The Danville Post Office opened in 1860 with hotel owner Henry W. Harris as the first postmaster. Harris reported in 1862 that there were 20 people living in the town proper, with 200 ballots cast in the last general election. Hearing stories of the prosperity to be found in California, people from the mid-west and east began to settle in Danville and the surrounding valleys. Most new residents had been farmers and observed that the valley land was fertile and the weather benign, altogether an ideal place to settle. The 1869 census counted nearly 1800 people in the combined Danville and Lafayette areas. They squatted or purchased land from the Mexican and other owners and established ranches, farms and businesses.
Settlers raised cattle and sheep and grew wheat, barley and onions. Later the farms produced hay, a wide variety of fruit crops (apples, plums, pears), walnuts and almonds. In the 1800s horses and wagons hauled these products north to the docks at Pacheco and Martinez, following Road No. 2, which wound by San Ramon Creek and was almost impassable in the rainy season.
Churches, schools, farmers unions and fraternal lodges began as the community evolved. The Union Academy, a private high school begun by the Cumberland Presbyterian Church, served the County from 1859 to 1868 when it burned down. The Danville Presbyterian Church was dedicated in 1875, following a vote of Protestants regarding what denomination it should be. The new building was described as the handsomest church building in the County by the writers of the day.
In 1873, Danville Grange No. 85 was chartered with Charles Wood elected as the first Worthy Master. The Grange began as a family farmers union and included all the Valley "movers and shakers." It served as the focal point for community social, educational and political activity for years and still meets at its Hall on Diablo Road.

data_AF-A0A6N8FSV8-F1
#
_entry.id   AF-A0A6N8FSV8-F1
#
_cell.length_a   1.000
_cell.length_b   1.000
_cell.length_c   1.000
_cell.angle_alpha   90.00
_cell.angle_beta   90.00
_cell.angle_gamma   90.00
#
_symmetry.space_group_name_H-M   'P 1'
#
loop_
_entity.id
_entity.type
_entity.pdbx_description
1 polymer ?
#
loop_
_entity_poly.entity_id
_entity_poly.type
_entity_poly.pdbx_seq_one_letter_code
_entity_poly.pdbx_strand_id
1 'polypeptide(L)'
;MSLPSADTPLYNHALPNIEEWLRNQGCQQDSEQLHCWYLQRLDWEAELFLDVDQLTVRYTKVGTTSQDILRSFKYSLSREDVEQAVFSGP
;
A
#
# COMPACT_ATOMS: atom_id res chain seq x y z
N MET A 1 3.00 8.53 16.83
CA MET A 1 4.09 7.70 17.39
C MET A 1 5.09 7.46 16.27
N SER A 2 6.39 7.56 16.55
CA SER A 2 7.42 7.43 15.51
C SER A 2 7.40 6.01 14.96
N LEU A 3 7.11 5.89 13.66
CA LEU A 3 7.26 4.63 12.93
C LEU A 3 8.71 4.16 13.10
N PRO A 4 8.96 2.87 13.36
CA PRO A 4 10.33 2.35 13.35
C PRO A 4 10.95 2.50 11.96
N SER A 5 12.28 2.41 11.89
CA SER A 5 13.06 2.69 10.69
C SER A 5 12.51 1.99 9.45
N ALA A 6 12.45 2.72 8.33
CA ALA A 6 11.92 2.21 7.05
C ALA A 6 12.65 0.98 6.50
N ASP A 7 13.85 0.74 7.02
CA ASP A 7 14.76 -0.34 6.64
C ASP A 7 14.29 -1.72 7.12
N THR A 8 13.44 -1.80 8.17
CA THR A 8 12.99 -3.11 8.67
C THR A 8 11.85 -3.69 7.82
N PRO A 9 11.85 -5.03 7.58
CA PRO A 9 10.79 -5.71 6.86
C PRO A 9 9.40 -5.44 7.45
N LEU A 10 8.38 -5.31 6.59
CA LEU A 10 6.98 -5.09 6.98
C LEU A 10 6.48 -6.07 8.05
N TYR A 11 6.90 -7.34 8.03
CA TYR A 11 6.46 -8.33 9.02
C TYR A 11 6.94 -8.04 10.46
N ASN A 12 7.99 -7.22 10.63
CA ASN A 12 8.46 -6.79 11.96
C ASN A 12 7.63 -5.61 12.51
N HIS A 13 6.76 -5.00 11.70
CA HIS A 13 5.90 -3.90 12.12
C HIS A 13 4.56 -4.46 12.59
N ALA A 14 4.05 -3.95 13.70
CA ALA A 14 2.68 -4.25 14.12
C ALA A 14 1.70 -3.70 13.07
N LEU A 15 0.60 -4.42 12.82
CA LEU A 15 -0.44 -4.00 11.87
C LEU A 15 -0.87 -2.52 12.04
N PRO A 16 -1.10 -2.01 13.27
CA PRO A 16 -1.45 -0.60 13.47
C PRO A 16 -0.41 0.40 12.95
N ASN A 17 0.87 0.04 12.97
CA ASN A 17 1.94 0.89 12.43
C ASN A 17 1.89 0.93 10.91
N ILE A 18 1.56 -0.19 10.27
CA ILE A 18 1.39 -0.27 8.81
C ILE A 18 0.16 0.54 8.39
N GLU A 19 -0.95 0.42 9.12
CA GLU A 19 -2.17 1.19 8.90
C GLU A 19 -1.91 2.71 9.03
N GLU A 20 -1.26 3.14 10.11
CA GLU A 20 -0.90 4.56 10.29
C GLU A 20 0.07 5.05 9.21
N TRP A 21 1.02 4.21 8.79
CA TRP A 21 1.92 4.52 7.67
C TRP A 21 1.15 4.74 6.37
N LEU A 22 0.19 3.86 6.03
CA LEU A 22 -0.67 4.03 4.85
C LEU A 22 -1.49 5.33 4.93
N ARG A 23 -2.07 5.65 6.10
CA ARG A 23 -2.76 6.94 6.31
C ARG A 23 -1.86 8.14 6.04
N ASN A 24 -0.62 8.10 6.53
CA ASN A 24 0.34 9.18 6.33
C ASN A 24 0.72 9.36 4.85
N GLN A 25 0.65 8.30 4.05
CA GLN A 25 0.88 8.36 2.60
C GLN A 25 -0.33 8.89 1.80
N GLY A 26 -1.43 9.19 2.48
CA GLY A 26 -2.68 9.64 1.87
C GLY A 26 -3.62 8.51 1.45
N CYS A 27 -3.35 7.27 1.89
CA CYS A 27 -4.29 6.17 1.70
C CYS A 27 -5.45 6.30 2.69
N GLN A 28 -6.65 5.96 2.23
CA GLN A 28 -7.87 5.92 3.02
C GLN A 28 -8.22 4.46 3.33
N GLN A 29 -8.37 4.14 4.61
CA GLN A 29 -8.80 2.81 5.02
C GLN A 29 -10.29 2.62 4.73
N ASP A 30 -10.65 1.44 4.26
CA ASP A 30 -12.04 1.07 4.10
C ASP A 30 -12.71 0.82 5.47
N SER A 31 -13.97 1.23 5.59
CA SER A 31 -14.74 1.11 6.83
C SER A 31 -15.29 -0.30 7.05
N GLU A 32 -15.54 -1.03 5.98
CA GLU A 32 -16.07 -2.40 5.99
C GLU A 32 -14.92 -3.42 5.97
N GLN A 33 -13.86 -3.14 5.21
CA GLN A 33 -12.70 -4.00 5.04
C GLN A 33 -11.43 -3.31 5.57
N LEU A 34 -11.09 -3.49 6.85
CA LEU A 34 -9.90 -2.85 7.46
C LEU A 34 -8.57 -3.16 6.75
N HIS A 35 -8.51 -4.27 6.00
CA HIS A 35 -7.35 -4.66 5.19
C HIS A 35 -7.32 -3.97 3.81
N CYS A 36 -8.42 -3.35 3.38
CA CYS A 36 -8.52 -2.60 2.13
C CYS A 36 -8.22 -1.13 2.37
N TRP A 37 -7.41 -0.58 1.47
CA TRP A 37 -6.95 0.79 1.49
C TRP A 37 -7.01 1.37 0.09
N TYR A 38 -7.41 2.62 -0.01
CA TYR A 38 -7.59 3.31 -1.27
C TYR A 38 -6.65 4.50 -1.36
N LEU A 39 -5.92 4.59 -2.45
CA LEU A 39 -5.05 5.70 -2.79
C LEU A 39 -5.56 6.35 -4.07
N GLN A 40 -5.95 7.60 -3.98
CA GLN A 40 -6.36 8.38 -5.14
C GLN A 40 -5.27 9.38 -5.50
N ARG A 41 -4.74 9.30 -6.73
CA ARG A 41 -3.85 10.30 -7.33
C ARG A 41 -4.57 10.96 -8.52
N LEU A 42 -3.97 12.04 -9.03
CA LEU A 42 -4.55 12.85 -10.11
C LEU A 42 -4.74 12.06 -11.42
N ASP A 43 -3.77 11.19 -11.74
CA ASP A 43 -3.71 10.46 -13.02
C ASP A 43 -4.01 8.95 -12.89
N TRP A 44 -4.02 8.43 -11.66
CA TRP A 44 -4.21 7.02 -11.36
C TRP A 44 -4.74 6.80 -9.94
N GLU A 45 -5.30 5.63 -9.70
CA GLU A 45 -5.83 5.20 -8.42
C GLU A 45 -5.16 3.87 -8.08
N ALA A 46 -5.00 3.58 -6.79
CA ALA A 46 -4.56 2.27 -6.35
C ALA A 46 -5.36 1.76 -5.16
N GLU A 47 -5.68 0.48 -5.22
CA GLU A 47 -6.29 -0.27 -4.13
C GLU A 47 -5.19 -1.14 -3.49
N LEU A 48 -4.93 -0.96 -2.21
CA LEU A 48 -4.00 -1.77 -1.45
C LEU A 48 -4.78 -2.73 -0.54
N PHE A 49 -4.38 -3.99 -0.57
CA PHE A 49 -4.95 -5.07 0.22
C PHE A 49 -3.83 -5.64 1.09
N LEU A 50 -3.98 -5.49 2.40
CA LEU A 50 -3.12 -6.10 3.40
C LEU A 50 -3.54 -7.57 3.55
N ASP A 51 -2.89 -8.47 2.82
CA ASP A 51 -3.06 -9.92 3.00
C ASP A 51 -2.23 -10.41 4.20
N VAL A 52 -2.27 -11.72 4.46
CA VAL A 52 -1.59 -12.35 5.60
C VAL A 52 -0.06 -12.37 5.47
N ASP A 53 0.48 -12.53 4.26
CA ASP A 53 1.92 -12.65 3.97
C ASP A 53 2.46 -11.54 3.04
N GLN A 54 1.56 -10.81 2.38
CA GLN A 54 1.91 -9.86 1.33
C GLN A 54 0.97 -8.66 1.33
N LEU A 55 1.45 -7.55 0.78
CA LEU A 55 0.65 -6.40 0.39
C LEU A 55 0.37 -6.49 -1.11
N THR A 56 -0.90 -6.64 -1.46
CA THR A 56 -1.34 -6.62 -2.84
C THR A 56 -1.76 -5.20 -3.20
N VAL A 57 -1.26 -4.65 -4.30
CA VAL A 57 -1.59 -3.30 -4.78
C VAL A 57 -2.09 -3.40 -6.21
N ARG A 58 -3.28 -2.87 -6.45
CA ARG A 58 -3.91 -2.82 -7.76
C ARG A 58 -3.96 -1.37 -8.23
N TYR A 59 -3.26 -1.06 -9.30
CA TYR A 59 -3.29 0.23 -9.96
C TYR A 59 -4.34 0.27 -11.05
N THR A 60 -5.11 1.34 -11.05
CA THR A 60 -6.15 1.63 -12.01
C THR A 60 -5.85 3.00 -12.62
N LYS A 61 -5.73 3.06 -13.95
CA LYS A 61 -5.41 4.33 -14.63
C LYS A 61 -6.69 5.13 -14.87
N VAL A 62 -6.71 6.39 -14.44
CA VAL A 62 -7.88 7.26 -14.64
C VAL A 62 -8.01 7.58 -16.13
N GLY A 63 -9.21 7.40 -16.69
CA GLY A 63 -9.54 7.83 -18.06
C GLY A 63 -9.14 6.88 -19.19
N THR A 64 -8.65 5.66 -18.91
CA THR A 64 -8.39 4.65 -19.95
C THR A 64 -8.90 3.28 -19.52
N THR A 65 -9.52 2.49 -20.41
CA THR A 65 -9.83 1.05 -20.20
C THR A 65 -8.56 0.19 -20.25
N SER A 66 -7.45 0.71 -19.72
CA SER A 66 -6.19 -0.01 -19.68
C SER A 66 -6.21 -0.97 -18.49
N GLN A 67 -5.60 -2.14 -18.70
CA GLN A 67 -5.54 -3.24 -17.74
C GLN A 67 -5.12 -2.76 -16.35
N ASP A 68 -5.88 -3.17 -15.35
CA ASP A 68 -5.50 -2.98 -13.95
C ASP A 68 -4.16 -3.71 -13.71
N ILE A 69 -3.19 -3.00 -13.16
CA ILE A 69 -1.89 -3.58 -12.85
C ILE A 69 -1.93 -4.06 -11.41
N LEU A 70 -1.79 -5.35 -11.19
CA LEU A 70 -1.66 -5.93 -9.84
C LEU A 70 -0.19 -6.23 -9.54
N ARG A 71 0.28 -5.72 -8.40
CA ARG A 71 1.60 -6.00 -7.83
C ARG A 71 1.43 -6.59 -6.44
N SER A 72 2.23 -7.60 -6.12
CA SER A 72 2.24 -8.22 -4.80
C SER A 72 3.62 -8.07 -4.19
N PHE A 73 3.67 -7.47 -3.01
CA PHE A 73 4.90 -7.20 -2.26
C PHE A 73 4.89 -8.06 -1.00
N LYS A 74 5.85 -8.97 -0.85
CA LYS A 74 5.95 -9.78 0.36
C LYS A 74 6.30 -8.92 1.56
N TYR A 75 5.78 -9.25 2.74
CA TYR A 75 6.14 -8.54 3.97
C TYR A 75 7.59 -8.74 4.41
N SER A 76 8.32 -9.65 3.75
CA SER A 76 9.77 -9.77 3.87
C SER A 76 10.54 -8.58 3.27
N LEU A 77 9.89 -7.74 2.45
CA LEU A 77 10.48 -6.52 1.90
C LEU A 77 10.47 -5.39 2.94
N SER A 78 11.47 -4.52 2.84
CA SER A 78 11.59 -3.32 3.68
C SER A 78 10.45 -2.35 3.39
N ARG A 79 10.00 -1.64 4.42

A remarkable number of early Danville buildings remain today such as the houses belonging to the Boone, Osborn, Young, Spilker, Podva, Vecki, Root, Elliott and Hartz families. The original 1874 Grange Hall exists as well, and the original Danville Hotel remains downtown and is currently being renovated as of 2014. Many of the early pioneer names appear on the streets and schools, including Baldwin, Harlan, Wood, Love, Hemme, Boone, Bettencourt and Meese.
When the Southern Pacific Railroad came to the Valley in 1891, Danville changed dramatically. The farmers built warehouses and shipped crops by rail in any kind of weather, and the residents traveled to and from Danville with an ease they had not experienced before.
John Hartz sold 8.65 acres (3.50 ha) of his land for the Danville Depot and granted land access to the station. He then subdivided and sold lots east of the station, shifting the town's focus from Front Street to Hartz Avenue. Eventually, a bank, drug store, saloon, doctor's office and Chinese laundry joined the houses lining the street. The Danville Hotel originally sat across from the station and was moved to face Hartz avenue in 1927.
The twentieth century found Danville affected by the wars, the Spanish flu, the depression and new immigrants. The Valley became a melting pot of Chinese, Portuguese, German, and Japanese immigrants. They often began working in the hay fields or as cooks and gardeners, later becoming blacksmiths, landowners, teachers and storekeepers.
Residents worked diligently to improve their community. In 1910 a public high school district was organized and San Ramon Valley Union High School was built; a library supervised by Lillian Close opened in 1913 with 104 books; St. Isidore's Catholic Church was first established at Hartz and Linda Mesa in 1910; and an Improvement League spearheaded the first streetlights and paved roads in 1915.
Danville continued to be farm country well into the 1940s. The whole Valley had 2,120 people in 1940, growing to 4,630 by 1950. Developments such as Montair and Cameo Acres were built, the water and sewer districts extended their boundaries, and the new I-680 freeway which sliced through Danville in the mid-1960s altered Danville permanently.
The Valley population leaped from 12,700 in 1960 to 15,900 in 1970, to 21,100 in 1975 to 26,500 in 1980. The 1980 census showed that 82 percent of Danville's 26,500 had arrived after 1970. In 2000, Danville's population reachd 40,484. Many newly successful individuals particularly from the booming Silicon Valley looked to San Ramon Valley as a safe area with great schools, leading to a large increase of Danville residents.
In 1982, Danville citizens voted to incorporate their community.